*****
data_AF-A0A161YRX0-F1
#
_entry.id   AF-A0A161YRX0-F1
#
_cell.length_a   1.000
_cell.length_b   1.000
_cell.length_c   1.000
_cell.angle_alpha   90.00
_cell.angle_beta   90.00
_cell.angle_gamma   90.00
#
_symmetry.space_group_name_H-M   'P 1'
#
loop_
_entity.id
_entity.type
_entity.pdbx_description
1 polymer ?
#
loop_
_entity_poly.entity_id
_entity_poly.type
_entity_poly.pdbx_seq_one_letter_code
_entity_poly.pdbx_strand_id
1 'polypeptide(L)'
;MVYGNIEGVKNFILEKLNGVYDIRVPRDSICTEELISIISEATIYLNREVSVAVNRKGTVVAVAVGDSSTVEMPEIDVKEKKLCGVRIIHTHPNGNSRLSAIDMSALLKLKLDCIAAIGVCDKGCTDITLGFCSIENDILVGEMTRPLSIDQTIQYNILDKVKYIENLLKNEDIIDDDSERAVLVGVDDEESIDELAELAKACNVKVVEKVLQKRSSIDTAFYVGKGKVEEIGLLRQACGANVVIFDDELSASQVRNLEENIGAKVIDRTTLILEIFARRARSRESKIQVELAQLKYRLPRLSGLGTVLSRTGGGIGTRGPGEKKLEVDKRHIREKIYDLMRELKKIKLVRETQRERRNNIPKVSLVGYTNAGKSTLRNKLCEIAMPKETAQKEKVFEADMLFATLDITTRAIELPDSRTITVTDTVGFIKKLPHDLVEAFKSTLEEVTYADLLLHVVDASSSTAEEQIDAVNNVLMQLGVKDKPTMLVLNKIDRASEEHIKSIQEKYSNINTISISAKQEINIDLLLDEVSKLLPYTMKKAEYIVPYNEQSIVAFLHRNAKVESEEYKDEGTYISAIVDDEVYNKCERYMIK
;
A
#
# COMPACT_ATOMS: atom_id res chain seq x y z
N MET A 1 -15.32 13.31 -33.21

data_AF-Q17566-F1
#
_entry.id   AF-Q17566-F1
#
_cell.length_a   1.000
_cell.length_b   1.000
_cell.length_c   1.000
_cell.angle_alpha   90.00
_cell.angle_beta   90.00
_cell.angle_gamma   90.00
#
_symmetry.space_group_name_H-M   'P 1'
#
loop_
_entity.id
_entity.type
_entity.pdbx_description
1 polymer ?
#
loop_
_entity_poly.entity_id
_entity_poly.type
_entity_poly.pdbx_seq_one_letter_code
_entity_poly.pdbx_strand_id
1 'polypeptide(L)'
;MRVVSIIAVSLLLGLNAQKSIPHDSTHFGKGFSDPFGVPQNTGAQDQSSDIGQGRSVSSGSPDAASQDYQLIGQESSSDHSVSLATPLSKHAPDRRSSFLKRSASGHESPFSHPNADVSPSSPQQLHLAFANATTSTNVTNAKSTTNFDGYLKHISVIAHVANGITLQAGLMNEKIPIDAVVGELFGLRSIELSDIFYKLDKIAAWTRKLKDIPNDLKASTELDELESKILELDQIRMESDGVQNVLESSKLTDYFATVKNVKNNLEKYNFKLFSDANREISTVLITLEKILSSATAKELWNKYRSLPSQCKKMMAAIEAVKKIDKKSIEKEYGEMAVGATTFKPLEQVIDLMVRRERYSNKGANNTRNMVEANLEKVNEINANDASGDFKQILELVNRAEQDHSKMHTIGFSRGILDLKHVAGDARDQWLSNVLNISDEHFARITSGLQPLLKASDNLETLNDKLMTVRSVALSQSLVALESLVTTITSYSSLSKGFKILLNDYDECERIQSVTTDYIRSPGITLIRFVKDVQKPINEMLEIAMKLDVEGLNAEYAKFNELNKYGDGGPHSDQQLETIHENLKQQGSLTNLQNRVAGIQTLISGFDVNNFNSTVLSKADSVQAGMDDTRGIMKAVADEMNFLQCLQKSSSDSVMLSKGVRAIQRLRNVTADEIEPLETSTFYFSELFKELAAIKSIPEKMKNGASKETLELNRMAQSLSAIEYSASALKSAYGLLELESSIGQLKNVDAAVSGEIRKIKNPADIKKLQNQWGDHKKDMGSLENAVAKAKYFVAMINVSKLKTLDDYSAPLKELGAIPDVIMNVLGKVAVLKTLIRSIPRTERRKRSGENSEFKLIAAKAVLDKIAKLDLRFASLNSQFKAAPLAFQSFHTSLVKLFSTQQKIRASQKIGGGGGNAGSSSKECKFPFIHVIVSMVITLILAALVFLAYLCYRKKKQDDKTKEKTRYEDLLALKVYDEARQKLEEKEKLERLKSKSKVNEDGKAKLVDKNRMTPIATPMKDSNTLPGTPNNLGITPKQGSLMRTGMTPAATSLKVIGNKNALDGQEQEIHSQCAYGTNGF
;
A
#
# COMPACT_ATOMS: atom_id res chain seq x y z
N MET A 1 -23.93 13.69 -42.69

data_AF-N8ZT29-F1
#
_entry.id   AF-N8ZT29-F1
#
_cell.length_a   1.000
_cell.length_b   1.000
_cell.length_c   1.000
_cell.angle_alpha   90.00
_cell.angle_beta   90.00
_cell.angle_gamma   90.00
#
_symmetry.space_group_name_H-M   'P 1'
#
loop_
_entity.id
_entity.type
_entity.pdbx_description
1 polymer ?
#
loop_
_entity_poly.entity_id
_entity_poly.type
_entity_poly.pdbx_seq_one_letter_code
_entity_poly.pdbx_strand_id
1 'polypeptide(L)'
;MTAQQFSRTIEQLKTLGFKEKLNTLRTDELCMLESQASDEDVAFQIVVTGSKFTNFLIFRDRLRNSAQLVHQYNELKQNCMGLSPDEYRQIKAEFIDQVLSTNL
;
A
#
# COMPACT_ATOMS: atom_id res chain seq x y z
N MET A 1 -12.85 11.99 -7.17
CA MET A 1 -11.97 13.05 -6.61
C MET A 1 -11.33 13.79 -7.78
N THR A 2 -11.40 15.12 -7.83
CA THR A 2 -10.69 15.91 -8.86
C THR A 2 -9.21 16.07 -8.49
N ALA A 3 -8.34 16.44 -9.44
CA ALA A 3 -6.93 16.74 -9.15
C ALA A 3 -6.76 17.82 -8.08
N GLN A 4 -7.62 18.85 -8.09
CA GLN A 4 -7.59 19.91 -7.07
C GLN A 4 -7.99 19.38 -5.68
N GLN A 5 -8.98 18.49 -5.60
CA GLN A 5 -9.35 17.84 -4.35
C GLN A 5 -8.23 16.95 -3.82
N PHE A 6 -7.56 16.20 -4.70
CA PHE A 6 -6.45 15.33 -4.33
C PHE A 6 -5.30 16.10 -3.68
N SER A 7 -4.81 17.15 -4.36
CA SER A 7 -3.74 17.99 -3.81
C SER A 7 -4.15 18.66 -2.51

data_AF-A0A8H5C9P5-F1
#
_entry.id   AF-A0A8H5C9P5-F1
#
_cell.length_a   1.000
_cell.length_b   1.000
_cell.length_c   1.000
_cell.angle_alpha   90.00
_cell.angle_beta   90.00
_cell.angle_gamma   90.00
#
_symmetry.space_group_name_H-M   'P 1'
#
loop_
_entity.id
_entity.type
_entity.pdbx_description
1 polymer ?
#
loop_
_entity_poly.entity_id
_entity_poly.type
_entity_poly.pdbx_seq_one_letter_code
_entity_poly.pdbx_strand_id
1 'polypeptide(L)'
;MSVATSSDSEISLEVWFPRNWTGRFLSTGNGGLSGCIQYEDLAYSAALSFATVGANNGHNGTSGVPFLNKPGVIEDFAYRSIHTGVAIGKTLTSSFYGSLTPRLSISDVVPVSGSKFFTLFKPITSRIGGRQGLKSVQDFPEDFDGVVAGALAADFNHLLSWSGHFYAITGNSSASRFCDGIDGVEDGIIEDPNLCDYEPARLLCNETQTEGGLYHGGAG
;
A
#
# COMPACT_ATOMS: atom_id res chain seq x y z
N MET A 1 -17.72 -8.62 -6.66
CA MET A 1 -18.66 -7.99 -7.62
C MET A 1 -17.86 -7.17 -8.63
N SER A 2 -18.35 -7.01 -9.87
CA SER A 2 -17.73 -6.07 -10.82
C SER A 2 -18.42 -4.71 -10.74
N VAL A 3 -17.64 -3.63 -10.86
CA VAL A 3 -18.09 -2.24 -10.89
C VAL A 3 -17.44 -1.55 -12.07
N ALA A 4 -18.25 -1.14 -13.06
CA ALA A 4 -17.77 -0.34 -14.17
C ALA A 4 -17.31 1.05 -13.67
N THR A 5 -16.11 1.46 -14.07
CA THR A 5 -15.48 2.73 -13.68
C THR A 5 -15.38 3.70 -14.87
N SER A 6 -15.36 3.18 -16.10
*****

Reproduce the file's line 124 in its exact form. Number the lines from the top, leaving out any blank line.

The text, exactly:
#